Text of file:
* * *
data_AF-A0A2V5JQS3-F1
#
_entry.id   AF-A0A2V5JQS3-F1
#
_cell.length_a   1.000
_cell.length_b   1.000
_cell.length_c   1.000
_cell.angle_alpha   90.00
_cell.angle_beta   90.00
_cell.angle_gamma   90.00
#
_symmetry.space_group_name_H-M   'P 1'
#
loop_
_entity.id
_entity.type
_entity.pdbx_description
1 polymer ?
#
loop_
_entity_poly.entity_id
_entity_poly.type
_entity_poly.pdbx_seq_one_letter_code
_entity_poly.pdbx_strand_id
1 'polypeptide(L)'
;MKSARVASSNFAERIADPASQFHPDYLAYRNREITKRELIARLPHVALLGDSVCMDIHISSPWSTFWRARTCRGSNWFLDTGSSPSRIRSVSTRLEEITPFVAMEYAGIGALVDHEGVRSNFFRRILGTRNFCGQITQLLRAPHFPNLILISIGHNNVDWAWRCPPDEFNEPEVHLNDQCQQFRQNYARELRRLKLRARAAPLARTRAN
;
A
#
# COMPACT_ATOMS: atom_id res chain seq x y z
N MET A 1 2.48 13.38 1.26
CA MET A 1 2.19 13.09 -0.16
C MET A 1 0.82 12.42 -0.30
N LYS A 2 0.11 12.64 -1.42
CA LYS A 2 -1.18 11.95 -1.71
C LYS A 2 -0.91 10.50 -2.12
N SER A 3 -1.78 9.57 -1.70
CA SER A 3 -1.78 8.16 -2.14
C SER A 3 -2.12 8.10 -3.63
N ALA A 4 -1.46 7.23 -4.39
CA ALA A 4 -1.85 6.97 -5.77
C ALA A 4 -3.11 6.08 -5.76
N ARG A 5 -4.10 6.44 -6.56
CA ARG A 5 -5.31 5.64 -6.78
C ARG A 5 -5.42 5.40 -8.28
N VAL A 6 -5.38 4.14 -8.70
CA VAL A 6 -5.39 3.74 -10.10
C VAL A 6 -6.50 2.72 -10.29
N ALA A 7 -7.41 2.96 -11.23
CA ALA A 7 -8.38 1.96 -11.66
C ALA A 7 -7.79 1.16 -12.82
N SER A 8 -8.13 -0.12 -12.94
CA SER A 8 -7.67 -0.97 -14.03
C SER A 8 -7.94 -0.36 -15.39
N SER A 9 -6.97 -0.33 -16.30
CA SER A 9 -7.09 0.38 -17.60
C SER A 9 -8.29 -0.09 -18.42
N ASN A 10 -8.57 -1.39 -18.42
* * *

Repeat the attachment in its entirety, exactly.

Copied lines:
data_AF-A0A2V5JQS3-F1
#
_entry.id   AF-A0A2V5JQS3-F1
#
_cell.length_a   1.000
_cell.length_b   1.000
_cell.length_c   1.000
_cell.angle_alpha   90.00
_cell.angle_beta   90.00
_cell.angle_gamma   90.00
#
_symmetry.space_group_name_H-M   'P 1'
#
loop_
_entity.id
_entity.type
_entity.pdbx_description
1 polymer ?
#
loop_
_entity_poly.entity_id
_entity_poly.type
_entity_poly.pdbx_seq_one_letter_code
_entity_poly.pdbx_strand_id
1 'polypeptide(L)'
;MKSARVASSNFAERIADPASQFHPDYLAYRNREITKRELIARLPHVALLGDSVCMDIHISSPWSTFWRARTCRGSNWFLDTGSSPSRIRSVSTRLEEITPFVAMEYAGIGALVDHEGVRSNFFRRILGTRNFCGQITQLLRAPHFPNLILISIGHNNVDWAWRCPPDEFNEPEVHLNDQCQQFRQNYARELRRLKLRARAAPLARTRAN
;
A
#
# COMPACT_ATOMS: atom_id res chain seq x y z
N MET A 1 2.48 13.38 1.26
CA MET A 1 2.19 13.09 -0.16
C MET A 1 0.82 12.42 -0.30
N LYS A 2 0.11 12.64 -1.42
CA LYS A 2 -1.18 11.95 -1.71
C LYS A 2 -0.91 10.50 -2.12
N SER A 3 -1.78 9.57 -1.70
CA SER A 3 -1.78 8.16 -2.14
C SER A 3 -2.12 8.10 -3.63
N ALA A 4 -1.46 7.23 -4.39
CA ALA A 4 -1.85 6.97 -5.77
C ALA A 4 -3.11 6.08 -5.76
N ARG A 5 -4.10 6.44 -6.56
CA ARG A 5 -5.31 5.64 -6.78
C ARG A 5 -5.42 5.40 -8.28
N VAL A 6 -5.38 4.14 -8.70
CA VAL A 6 -5.39 3.74 -10.10
C VAL A 6 -6.50 2.72 -10.29
N ALA A 7 -7.41 2.96 -11.23
CA ALA A 7 -8.38 1.96 -11.66
C ALA A 7 -7.79 1.16 -12.82
N SER A 8 -8.13 -0.12 -12.94
CA SER A 8 -7.67 -0.97 -14.03
C SER A 8 -7.94 -0.36 -15.39
N SER A 9 -6.97 -0.33 -16.30
CA SER A 9 -7.09 0.38 -17.60
C SER A 9 -8.29 -0.09 -18.42
N ASN A 10 -8.57 -1.39 -18.42